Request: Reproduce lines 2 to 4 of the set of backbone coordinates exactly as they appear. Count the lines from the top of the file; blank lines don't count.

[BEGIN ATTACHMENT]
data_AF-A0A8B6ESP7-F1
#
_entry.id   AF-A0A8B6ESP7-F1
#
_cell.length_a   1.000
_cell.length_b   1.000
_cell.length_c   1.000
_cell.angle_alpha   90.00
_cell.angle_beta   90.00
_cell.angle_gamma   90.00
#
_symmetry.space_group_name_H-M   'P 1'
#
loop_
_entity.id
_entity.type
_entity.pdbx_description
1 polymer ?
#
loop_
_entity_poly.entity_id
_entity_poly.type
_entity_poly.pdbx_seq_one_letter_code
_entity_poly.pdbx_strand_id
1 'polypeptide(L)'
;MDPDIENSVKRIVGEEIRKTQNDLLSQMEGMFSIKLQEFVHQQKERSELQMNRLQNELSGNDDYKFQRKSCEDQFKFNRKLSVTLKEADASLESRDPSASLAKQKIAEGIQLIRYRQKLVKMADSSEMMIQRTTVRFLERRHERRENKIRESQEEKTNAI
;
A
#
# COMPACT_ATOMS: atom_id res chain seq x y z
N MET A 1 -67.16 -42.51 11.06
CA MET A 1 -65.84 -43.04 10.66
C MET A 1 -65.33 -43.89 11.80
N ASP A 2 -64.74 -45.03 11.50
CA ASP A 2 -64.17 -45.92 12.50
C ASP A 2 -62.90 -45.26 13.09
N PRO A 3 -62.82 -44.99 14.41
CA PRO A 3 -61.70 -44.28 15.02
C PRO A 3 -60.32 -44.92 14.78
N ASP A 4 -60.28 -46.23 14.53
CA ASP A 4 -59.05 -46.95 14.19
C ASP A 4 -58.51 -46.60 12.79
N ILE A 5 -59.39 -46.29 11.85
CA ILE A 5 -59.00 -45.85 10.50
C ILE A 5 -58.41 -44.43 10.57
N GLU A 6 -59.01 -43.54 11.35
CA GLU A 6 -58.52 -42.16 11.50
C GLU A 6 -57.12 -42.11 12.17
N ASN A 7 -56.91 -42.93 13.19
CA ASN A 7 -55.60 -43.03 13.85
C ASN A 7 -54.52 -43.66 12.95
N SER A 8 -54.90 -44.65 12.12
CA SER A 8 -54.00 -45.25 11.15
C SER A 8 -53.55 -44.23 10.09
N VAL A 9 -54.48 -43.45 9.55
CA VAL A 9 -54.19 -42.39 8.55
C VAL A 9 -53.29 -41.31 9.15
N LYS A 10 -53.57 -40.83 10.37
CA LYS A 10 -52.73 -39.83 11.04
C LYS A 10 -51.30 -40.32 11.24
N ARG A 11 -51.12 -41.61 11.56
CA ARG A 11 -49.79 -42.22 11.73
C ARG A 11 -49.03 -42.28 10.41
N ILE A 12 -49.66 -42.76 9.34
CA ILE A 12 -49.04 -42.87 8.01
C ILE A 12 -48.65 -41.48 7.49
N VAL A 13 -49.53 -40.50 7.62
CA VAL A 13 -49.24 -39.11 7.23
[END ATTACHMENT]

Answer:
#
_entry.id   AF-A0A8B6ESP7-F1
#